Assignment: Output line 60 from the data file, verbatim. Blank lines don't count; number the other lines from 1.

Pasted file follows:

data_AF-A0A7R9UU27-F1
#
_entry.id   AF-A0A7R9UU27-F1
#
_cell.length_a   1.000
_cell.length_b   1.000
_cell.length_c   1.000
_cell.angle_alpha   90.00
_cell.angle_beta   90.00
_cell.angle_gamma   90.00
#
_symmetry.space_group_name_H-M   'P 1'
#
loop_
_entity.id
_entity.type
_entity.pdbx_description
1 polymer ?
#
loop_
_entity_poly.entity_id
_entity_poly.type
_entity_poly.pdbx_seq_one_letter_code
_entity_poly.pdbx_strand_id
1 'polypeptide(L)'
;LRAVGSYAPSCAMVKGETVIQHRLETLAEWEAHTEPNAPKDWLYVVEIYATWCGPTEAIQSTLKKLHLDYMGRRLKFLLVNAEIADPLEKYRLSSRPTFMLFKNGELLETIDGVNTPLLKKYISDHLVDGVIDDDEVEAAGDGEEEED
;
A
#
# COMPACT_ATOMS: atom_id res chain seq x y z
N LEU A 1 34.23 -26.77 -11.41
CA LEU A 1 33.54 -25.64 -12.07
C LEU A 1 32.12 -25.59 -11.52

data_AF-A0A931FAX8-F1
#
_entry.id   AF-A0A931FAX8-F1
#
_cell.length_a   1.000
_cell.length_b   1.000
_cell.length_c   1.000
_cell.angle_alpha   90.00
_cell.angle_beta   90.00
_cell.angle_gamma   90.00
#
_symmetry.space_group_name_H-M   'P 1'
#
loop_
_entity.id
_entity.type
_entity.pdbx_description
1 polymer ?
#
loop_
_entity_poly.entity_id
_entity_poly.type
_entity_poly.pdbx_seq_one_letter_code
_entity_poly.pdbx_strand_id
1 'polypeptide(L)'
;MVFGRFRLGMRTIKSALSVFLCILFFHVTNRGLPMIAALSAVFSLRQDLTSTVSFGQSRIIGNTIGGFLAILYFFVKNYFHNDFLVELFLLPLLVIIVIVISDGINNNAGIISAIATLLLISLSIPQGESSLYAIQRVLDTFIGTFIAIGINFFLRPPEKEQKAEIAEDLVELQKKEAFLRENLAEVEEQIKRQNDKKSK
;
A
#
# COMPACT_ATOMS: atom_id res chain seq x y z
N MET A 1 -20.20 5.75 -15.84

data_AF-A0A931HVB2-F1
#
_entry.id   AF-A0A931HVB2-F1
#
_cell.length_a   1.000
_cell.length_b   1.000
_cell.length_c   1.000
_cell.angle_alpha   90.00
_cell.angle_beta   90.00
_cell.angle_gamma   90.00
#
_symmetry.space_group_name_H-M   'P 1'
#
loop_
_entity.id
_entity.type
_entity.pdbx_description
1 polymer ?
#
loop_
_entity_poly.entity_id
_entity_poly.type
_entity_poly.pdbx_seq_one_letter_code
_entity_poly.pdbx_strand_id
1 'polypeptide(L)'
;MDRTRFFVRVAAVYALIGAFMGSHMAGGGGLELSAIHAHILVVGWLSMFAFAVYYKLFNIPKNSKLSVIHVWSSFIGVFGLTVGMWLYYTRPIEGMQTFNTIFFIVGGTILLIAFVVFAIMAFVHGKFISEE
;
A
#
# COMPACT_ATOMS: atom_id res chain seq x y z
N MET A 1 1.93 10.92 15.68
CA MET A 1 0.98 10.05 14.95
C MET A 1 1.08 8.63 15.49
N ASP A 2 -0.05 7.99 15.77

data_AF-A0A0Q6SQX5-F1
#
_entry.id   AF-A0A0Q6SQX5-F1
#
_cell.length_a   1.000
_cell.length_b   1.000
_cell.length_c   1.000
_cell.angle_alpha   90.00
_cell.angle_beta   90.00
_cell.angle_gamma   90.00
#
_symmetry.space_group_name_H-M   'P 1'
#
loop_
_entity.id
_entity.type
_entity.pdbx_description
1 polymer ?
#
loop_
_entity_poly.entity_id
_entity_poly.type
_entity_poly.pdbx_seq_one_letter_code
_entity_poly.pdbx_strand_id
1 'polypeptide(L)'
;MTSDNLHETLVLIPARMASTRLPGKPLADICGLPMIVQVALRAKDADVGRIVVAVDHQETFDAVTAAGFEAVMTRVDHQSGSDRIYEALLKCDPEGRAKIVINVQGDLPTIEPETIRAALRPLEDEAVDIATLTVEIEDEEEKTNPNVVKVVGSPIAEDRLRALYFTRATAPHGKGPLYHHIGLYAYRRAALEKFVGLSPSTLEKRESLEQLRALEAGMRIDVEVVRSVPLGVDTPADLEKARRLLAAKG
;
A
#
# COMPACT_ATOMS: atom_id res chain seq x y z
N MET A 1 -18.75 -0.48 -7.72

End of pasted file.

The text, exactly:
;